ATHENS -- All Keith Marshall wants to do is play football.
It’s why he returned to the field the moment he received medical clearance last season, even though pain lingered where he tore his right anterior cruciate ligament. In total, Marshall’s midseason ACL tear in 2013 has forced him to miss 18 of Georgia’s past 26 games.
With Marshall sidelined, Nick Chubb emerged as Georgia’s next running back star after running for 1,547 yards and 14 touchdowns as a freshman. Marshall’s close friend Todd Gurley, despite his own ACL tear in 2014, was picked by the St. Louis Rams with the 10th overall selection in the 2015 NFL draft. Sophomore running back Sony Michel even had a breakout game of his own, rushing for 155 yards and two touchdowns on only 10 carries in a win over Troy.
All Marshall could do was watch others play the game he loves. Declaring himself 100 percent, Marshall said he’s looking forward to displaying the kind of speed he was known for during a freshman campaign three seasons ago that saw him rush for 759 yards and eight touchdowns.
“I’m confident in myself and my abilities,” Marshall said. “My biggest thing was getting healthy, and I’m healthy now.”
The concern with Marshall is whether he lost a step after going through ACL surgery and a lengthy rehab that featured a setback. Marshall admitted his knee injury is the sole reason he hasn’t been able to play and not anything else.
Wanting to show he can still play at this level, Marshall’s teammates said they believe his speed is back to where it was two years ago.
“I remember watching games,” said Chubb, who was a high school junior during Marshall’s freshman season at Georgia. “I remember he was very fast. I see that now.”
Marshall once clocked a 40-yard dash in the 4.3-second range and was among the highest-rated running backs in the country in high school at Millbrook in Raleigh, North Carolina. His career hasn’t gone to plan, considering he went from Georgia’s projected No. 1 runner to third-string -- albeit in a system that should spread plenty of carries to all three of Georgia’s top backs.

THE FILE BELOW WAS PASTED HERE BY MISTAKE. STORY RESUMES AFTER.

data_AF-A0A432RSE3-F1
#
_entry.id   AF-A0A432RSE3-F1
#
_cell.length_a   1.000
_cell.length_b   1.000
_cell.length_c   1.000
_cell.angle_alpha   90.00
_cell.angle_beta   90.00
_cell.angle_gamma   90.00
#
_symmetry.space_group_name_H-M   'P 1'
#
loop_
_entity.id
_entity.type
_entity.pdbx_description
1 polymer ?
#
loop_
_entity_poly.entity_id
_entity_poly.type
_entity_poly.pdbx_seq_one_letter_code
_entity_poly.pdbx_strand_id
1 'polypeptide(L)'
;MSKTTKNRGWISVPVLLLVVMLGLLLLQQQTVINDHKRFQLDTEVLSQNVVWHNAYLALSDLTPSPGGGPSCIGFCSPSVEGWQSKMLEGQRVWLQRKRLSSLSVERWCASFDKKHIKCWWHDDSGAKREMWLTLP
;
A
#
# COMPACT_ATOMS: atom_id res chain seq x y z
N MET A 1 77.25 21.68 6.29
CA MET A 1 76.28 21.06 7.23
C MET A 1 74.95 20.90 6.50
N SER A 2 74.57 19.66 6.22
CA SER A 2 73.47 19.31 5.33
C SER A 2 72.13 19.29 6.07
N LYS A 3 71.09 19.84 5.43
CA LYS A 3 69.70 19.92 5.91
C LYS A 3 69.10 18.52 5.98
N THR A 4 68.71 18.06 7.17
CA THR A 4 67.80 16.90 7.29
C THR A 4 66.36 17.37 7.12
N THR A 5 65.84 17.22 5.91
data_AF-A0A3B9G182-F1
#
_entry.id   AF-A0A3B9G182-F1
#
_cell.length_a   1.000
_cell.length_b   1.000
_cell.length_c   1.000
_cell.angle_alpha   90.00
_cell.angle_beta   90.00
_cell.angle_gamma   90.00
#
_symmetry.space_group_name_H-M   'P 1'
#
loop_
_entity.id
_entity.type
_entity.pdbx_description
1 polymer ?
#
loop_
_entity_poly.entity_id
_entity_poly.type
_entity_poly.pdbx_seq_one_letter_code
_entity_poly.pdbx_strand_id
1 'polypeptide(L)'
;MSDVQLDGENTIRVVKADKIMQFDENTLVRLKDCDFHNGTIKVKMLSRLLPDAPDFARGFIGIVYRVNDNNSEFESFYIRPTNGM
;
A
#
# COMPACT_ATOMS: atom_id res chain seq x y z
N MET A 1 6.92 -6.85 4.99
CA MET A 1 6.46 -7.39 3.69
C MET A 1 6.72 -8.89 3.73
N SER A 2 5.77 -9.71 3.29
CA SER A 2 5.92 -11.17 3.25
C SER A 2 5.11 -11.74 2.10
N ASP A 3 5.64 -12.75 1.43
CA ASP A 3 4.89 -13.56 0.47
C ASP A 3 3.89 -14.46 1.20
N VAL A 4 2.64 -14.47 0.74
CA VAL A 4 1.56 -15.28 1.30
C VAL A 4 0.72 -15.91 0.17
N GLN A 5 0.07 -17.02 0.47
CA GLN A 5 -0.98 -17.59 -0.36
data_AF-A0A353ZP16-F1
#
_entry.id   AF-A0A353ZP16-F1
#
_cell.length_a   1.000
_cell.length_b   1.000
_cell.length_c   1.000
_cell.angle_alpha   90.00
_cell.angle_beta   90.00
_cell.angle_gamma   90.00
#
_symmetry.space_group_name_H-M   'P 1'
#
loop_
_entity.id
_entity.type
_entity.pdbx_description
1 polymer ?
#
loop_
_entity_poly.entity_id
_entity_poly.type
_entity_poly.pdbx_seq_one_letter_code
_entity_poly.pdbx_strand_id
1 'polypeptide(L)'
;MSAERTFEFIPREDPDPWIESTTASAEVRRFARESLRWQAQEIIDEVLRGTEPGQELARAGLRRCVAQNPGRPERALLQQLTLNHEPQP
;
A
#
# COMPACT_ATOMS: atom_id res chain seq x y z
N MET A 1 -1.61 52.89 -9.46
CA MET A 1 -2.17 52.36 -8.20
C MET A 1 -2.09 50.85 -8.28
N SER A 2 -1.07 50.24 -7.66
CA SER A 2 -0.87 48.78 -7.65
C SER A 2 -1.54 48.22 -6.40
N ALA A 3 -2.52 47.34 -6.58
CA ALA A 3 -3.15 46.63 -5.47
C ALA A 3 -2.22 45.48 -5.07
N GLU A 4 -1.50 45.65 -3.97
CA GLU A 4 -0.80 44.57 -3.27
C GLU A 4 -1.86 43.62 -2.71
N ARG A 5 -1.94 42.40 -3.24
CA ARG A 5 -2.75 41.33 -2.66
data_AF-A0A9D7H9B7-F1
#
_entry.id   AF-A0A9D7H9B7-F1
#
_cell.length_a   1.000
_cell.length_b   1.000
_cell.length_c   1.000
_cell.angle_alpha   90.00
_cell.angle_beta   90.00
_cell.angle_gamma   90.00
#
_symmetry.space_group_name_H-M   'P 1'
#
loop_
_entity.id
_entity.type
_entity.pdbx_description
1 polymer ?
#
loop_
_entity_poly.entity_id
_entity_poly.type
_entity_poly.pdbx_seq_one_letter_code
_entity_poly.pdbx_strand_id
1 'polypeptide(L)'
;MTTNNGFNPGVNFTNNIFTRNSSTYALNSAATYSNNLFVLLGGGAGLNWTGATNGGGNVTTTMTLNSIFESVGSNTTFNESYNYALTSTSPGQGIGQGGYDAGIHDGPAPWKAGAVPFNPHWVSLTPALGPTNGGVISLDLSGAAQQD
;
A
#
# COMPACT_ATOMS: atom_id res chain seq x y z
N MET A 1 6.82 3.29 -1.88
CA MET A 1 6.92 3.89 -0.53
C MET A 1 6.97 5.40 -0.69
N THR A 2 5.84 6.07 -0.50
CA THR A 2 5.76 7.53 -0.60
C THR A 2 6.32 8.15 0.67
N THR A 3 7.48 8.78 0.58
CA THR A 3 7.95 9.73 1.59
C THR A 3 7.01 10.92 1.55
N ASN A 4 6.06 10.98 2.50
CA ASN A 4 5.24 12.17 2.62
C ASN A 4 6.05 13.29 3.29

The injury and subsequent setback caused Marshall to, at minimum, reorganize his approach to college, with the fourth-year student switching majors from business management to finance while doing his part to network with connections in case football ultimately doesn’t work out for him.
“I still have the same outlook. I want the chance to play in the NFL because I believe I have the talent to do so,” Marshall said. “I don’t want to say it humbled me because I never felt like I was a cocky person. But it made it more of a realization that football can be taken away just like that. That’s why I switched my major. I tried to find other things so that after football I can still be very successful.”
Marshall said that when he and Gurley arrived at Georgia in 2012, both briefly discussed leaving together after their third year. Gurley was able to do so, but Marshall is still in Athens. Marshall said he holds no animosity at his situation. One source of help has been running backs coach Thomas Brown, who went through his own ACL injury during his playing days at Georgia. Brown, who was hired by Georgia in February, said the most important thing for Marshall was to clear that final remaining hurdle in the recovery process.
“He can definitely still go,” Brown said. “One thing I talked to him about in the spring was overcoming the mental adjustment of being injured. I’ve been there before and understand that sometimes coming back as a running back you’re thinking about what you’ve done before to be injured or thinking about reinjuring something. You got to get over that and control what you can control.”
By default, Marshall is the veteran leader of the running back group, even though he’s listed as a third-stringer with fewer career yards (1,029) and touchdowns (nine) than what Chubb totaled as a freshman. But Marshall is out to prove he can still be the back he was projected to be when he arrived on campus in 2012.
“He’s motivated; he’s the leader of the running back group,” Michel said. “He’s been here longer, and he’s got experience. He’s back, ready to play, and I think he’s 100 percent if you ask me. We expect to see great things.”